Of Mice and Men | Performing Arts Review | Chicago Reader

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Of Mice and Men


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Of Mice and Men, Bog Theatre. Hard times seem to renew John Steinbeck's Depression-era blue-collar tragedy celebrating the solidarity of supposedly useless people. More than a chronicle of male bonding, Of Mice and Men compassionately charts the friendship between George, a loyal dreamer, and his hulking pal Lennie, a childlike giant with a dangerous penchant for breaking bones. Sheldon Patinkin's authentic staging for the new Bog Theatre in Des Plaines is equally rooted in the story, the setting, and the situation. His casting is half the battle: David Bryson gives George the real-life reluctance of the genuinely good; you feel how difficult it's been for him to both keep Lennie out of trouble and cope with his own hard luck. Dan Tomko magnifies Lennie's simplicity till it blossoms into innocence. Scenes in which they share the rituallike fantasy of retiring to a rabbit farm seem more overheard than rehearsed.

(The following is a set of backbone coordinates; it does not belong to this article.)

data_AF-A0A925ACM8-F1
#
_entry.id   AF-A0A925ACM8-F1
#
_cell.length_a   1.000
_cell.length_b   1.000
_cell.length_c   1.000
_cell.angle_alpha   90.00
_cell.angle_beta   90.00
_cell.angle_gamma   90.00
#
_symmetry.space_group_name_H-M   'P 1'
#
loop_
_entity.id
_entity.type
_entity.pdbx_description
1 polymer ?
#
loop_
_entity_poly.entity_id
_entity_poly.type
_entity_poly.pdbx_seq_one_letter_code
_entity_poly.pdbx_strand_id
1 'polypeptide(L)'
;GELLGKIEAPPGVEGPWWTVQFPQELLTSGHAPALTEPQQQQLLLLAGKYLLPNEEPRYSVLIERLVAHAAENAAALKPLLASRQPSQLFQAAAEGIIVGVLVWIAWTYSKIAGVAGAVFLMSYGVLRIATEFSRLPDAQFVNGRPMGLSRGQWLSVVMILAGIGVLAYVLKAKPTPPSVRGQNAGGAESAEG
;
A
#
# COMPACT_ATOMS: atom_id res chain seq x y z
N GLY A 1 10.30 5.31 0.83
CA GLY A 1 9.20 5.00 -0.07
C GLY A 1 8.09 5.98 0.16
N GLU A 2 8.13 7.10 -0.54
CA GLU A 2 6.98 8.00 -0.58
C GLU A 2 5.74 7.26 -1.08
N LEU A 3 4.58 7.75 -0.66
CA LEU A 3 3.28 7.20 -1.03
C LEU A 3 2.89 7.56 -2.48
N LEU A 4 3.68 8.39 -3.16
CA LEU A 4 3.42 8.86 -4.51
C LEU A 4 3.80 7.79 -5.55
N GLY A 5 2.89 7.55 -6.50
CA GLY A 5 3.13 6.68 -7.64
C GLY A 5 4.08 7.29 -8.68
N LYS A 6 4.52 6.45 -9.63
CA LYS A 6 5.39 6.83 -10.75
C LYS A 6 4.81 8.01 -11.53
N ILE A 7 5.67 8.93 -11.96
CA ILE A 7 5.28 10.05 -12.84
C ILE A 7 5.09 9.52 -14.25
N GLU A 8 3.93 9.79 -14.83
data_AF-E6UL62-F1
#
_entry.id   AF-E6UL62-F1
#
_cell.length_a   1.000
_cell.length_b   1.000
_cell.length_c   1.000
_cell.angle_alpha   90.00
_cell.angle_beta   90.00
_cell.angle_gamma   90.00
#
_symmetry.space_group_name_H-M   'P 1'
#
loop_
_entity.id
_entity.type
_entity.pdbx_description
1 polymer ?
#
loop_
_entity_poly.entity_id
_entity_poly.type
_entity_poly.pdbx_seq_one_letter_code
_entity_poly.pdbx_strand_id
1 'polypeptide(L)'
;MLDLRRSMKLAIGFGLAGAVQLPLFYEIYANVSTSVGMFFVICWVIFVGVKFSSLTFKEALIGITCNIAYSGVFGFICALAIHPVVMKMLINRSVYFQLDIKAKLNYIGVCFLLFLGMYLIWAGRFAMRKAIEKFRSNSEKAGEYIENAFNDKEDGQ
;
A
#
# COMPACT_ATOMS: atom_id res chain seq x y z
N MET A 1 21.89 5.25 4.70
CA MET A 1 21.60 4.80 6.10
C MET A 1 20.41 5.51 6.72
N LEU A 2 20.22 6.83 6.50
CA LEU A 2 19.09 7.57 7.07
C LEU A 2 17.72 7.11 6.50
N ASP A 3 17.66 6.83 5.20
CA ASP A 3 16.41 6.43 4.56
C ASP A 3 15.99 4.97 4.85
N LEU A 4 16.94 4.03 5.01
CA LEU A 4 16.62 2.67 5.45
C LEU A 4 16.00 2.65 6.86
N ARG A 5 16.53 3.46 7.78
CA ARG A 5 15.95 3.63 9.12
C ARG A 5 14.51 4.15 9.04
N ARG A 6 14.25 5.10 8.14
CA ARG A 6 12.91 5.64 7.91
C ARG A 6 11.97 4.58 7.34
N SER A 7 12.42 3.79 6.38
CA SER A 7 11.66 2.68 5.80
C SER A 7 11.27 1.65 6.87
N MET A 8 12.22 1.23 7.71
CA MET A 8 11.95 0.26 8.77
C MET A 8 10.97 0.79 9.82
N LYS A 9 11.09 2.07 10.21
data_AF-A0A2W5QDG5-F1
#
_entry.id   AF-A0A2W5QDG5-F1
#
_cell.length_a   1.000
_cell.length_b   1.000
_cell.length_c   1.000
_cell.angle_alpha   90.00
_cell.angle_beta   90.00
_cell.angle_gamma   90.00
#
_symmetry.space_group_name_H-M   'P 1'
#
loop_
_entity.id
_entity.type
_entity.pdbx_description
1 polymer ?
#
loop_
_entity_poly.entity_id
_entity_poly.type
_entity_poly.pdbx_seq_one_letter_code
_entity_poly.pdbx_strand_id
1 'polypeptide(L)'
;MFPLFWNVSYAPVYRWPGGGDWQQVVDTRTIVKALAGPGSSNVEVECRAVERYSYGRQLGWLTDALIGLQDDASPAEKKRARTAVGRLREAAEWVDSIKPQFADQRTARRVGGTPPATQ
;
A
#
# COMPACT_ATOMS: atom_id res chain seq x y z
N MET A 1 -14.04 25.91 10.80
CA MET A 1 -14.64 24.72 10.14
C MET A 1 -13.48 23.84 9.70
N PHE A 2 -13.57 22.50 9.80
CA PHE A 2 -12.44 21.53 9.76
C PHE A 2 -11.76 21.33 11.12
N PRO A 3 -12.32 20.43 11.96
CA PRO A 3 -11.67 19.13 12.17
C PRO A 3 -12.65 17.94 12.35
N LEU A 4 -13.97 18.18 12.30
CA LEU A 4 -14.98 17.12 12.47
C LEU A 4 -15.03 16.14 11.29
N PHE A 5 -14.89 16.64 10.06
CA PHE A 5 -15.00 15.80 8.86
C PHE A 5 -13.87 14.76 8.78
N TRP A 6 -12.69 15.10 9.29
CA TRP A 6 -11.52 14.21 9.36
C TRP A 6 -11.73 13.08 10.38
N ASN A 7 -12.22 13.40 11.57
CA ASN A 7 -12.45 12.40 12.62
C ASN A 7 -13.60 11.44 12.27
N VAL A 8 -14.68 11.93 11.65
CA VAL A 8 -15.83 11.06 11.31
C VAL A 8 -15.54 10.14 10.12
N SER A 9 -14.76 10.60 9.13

Craftsmanship ennobles all the parts: David Cromer as Candy, a misfit who falls hard for their dream; Daniel Patrick Sullivan as a cowboy of ramrod rectitude; and Jerry Hlava as the boss's handsome ne'er-do-well son, who never had to struggle for success. In the potentially misogynistic role of Curley's Wife, who seems a serpent in this male enclave, Laura Wade underplays the character's Whore of Babylon side and underlines her desperate loneliness. Completing the grand illusions are Joseph Wade's set, a dynamically skewed bunkhouse beautifully lit by Drew Kimball, and Adam Meltzer's evocative but too-brief score.

--Lawrence Bommer

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